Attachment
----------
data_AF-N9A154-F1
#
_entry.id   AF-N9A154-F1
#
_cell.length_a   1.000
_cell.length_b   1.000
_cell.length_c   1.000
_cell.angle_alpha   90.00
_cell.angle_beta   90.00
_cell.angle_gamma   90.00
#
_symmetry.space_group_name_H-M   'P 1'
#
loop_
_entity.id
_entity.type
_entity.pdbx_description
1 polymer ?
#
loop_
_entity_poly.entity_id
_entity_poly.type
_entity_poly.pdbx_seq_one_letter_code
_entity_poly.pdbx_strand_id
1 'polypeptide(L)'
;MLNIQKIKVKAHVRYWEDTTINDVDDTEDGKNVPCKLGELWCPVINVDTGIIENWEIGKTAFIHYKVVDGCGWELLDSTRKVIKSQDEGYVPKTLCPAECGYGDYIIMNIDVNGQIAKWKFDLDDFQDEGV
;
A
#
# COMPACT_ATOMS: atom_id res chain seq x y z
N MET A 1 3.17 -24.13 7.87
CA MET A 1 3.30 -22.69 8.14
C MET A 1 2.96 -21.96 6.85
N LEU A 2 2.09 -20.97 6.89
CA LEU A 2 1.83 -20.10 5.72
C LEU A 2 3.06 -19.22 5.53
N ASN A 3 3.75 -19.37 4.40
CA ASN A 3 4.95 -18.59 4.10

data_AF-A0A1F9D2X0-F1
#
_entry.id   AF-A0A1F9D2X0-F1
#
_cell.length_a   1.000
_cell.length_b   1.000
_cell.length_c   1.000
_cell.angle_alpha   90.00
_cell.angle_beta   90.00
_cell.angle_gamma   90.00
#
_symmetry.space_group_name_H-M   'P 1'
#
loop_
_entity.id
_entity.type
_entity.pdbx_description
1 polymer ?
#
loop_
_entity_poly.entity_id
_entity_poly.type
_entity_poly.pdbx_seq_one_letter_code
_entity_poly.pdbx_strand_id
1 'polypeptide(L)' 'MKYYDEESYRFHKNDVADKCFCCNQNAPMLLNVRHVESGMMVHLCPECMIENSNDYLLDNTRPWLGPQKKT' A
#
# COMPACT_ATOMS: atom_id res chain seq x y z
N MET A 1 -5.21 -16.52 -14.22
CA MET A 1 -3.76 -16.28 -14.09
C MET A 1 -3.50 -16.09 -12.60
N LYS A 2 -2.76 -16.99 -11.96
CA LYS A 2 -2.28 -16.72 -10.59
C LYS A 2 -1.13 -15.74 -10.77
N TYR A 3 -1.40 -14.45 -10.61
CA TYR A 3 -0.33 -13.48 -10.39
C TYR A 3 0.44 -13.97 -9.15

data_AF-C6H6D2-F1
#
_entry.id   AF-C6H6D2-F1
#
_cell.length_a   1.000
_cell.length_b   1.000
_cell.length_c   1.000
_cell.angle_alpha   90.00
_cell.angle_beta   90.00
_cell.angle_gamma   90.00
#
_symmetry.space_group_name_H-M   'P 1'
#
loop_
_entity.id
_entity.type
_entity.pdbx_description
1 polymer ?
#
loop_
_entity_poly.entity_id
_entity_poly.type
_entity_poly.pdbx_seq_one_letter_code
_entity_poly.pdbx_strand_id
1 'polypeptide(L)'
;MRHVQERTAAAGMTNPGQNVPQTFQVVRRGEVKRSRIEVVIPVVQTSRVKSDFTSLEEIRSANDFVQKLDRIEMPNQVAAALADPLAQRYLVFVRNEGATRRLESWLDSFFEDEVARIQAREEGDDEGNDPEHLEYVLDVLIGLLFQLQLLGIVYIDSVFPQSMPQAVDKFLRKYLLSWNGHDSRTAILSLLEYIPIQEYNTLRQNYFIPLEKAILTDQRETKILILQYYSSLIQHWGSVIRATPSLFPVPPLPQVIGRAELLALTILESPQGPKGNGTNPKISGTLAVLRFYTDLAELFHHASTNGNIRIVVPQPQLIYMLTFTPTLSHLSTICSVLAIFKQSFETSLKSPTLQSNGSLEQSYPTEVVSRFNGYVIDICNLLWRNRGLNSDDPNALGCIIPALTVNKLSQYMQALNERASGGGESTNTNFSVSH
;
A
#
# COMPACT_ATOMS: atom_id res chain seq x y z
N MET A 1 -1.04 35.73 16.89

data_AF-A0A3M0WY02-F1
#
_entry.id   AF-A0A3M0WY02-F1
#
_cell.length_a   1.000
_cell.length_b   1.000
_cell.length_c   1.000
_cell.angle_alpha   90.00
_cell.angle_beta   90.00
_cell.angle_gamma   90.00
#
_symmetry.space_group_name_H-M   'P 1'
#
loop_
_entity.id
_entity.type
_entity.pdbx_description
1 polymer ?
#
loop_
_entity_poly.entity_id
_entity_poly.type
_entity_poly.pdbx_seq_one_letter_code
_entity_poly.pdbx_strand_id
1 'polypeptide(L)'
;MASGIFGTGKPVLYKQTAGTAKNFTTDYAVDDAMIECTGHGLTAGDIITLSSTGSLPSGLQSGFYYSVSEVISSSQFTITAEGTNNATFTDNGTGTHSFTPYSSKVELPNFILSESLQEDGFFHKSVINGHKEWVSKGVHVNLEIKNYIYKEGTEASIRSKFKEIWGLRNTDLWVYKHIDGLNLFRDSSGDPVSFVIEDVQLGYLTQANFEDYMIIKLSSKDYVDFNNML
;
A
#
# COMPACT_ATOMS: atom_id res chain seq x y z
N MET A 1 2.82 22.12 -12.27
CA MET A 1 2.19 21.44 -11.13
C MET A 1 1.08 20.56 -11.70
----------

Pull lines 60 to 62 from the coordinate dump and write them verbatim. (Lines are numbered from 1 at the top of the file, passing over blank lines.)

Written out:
_entity_poly.type
_entity_poly.pdbx_seq_one_letter_code
_entity_poly.pdbx_strand_id